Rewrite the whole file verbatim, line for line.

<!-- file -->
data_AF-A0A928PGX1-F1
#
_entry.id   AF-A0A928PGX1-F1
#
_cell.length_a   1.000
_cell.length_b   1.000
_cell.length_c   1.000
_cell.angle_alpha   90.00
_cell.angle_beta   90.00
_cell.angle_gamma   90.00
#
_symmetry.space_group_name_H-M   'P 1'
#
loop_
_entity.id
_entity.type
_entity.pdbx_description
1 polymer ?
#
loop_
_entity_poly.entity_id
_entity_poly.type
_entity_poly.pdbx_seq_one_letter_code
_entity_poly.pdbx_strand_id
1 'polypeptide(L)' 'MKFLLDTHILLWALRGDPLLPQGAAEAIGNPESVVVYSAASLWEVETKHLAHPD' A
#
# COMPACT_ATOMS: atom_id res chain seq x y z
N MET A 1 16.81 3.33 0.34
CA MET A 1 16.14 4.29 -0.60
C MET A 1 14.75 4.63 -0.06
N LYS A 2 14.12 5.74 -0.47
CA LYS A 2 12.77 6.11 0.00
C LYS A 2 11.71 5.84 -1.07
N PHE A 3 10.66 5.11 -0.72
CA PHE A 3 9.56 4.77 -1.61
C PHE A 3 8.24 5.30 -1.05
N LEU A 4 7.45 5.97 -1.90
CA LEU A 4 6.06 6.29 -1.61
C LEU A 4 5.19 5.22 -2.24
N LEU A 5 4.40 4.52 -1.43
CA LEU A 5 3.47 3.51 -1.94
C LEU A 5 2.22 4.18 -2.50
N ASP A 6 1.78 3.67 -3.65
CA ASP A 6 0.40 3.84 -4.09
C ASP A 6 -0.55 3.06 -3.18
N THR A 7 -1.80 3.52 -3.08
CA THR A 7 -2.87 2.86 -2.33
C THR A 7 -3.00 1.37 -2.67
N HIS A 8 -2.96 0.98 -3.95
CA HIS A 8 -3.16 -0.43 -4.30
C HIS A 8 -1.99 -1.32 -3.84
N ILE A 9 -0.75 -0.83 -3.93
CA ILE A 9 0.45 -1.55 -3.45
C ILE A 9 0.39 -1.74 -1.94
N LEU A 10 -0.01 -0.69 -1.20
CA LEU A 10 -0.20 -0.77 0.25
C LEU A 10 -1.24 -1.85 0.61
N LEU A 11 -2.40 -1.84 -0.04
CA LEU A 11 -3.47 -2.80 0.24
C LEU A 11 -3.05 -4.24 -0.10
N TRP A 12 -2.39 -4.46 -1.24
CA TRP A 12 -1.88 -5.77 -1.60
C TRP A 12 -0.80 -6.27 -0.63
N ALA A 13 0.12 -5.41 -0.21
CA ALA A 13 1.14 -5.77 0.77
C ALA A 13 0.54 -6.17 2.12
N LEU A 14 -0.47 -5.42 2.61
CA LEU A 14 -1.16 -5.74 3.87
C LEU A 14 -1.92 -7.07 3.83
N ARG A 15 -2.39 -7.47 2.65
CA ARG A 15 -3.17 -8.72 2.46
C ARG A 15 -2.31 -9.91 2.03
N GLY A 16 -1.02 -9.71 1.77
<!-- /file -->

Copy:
data_AF-A0A928PGX1-F1
#
_entry.id   AF-A0A928PGX1-F1
#
_cell.length_a   1.000
_cell.length_b   1.000
_cell.length_c   1.000
_cell.angle_alpha   90.00
_cell.angle_beta   90.00
_cell.angle_gamma   90.00
#
_symmetry.space_group_name_H-M   'P 1'
#
loop_
_entity.id
_entity.type
_entity.pdbx_description
1 polymer ?
#
loop_
_entity_poly.entity_id
_entity_poly.type
_entity_poly.pdbx_seq_one_letter_code
_entity_poly.pdbx_strand_id
1 'polypeptide(L)' 'MKFLLDTHILLWALRGDPLLPQGAAEAIGNPESVVVYSAASLWEVETKHLAHPD' A
#
# COMPACT_ATOMS: atom_id res chain seq x y z
N MET A 1 16.81 3.33 0.34
CA MET A 1 16.14 4.29 -0.60
C MET A 1 14.75 4.63 -0.06
N LYS A 2 14.12 5.74 -0.47
CA LYS A 2 12.77 6.11 0.00
C LYS A 2 11.71 5.84 -1.07
N PHE A 3 10.66 5.11 -0.72
CA PHE A 3 9.56 4.77 -1.61
C PHE A 3 8.24 5.30 -1.05
N LEU A 4 7.45 5.97 -1.90
CA LEU A 4 6.06 6.29 -1.61
C LEU A 4 5.19 5.22 -2.24
N LEU A 5 4.40 4.52 -1.43
CA LEU A 5 3.47 3.51 -1.94
C LEU A 5 2.22 4.18 -2.50
N ASP A 6 1.78 3.67 -3.65
CA ASP A 6 0.40 3.84 -4.09
C ASP A 6 -0.55 3.06 -3.18
N THR A 7 -1.80 3.52 -3.08
CA THR A 7 -2.87 2.86 -2.33
C THR A 7 -3.00 1.37 -2.67
N HIS A 8 -2.96 0.98 -3.95
CA HIS A 8 -3.16 -0.43 -4.30
C HIS A 8 -1.99 -1.32 -3.84
N ILE A 9 -0.75 -0.83 -3.93
CA ILE A 9 0.45 -1.55 -3.45
C ILE A 9 0.39 -1.74 -1.94
N LEU A 10 -0.01 -0.69 -1.20
CA LEU A 10 -0.20 -0.77 0.25
C LEU A 10 -1.24 -1.85 0.61
N LEU A 11 -2.40 -1.84 -0.04
CA LEU A 11 -3.47 -2.80 0.24
C LEU A 11 -3.05 -4.24 -0.10
N TRP A 12 -2.39 -4.46 -1.24
CA TRP A 12 -1.88 -5.77 -1.60
C TRP A 12 -0.80 -6.27 -0.63
N ALA A 13 0.12 -5.41 -0.21
CA ALA A 13 1.14 -5.77 0.77
C ALA A 13 0.54 -6.17 2.12
N LEU A 14 -0.47 -5.42 2.61
CA LEU A 14 -1.16 -5.74 3.87
C LEU A 14 -1.92 -7.07 3.83
N ARG A 15 -2.39 -7.47 2.65
CA ARG A 15 -3.17 -8.72 2.46
C ARG A 15 -2.31 -9.91 2.03
N GLY A 16 -1.02 -9.71 1.77